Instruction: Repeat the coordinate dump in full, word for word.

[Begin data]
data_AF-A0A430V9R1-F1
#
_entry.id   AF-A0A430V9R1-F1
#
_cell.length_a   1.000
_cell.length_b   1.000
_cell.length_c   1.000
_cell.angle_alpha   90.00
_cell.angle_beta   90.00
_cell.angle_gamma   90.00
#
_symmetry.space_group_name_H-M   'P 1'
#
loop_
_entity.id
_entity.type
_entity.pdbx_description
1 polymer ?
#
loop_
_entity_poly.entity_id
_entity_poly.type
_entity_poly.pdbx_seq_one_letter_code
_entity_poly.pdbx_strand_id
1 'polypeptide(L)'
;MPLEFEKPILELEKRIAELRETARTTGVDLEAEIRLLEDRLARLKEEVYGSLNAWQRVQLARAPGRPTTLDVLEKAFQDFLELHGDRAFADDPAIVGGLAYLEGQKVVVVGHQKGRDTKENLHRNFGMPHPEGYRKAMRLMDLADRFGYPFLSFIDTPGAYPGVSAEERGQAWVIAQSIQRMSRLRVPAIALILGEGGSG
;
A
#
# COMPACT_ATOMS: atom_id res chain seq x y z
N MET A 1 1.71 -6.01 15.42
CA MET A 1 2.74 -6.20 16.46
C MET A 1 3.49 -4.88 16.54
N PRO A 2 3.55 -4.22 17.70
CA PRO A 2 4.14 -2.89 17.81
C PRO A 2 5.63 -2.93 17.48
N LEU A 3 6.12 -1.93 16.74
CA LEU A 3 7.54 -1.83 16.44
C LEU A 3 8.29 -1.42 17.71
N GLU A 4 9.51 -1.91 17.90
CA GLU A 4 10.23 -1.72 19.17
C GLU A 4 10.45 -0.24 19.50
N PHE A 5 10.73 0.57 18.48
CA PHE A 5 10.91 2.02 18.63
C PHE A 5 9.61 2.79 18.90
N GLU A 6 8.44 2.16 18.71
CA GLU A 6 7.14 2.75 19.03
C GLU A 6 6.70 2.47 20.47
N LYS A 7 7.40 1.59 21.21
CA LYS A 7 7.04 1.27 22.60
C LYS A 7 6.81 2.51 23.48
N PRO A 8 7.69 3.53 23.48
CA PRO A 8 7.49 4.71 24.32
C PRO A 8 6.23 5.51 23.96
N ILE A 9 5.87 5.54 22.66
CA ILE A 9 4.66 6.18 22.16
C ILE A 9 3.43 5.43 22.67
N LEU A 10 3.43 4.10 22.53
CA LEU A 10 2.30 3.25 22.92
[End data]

data_AF-A0A430V9R1-F1
#
_entry.id   AF-A0A430V9R1-F1
#
_cell.length_a   1.000
_cell.length_b   1.000
_cell.length_c   1.000
_cell.angle_alpha   90.00
_cell.angle_beta   90.00
_cell.angle_gamma   90.00
#
_symmetry.space_group_name_H-M   'P 1'
#
loop_
_entity.id
_entity.type
_entity.pdbx_description
1 polymer ?
#
loop_
_entity_poly.entity_id
_entity_poly.type
_entity_poly.pdbx_seq_one_letter_code
_entity_poly.pdbx_strand_id
1 'polypeptide(L)'
;MPLEFEKPILELEKRIAELRETARTTGVDLEAEIRLLEDRLARLKEEVYGSLNAWQRVQLARAPGRPTTLDVLEKAFQDFLELHGDRAFADDPAIVGGLAYLEGQKVVVVGHQKGRDTKENLHRNFGMPHPEGYRKAMRLMDLADRFGYPFLSFIDTPGAYPGVSAEERGQAWVIAQSIQRMSRLRVPAIALILGEGGSG
;
A
#
# COMPACT_ATOMS: atom_id res chain seq x y z
N MET A 1 1.71 -6.01 15.42
CA MET A 1 2.74 -6.20 16.46
C MET A 1 3.49 -4.88 16.54
N PRO A 2 3.55 -4.22 17.70
CA PRO A 2 4.14 -2.89 17.81
C PRO A 2 5.63 -2.93 17.48
N LEU A 3 6.12 -1.93 16.74
CA LEU A 3 7.54 -1.83 16.44
C LEU A 3 8.29 -1.42 17.71
N GLU A 4 9.51 -1.91 17.90
CA GLU A 4 10.23 -1.72 19.17
C GLU A 4 10.45 -0.24 19.50
N PHE A 5 10.73 0.57 18.48
CA PHE A 5 10.91 2.02 18.63
C PHE A 5 9.61 2.79 18.90
N GLU A 6 8.44 2.16 18.71
CA GLU A 6 7.14 2.75 19.03
C GLU A 6 6.70 2.47 20.47
N LYS A 7 7.40 1.59 21.21
CA LYS A 7 7.04 1.27 22.60
C LYS A 7 6.81 2.51 23.48
N PRO A 8 7.69 3.53 23.48
CA PRO A 8 7.49 4.71 24.32
C PRO A 8 6.23 5.51 23.96
N ILE A 9 5.87 5.54 22.66
CA ILE A 9 4.66 6.18 22.16
C ILE A 9 3.43 5.43 22.67
N LEU A 10 3.43 4.10 22.53
CA LEU A 10 2.30 3.25 22.92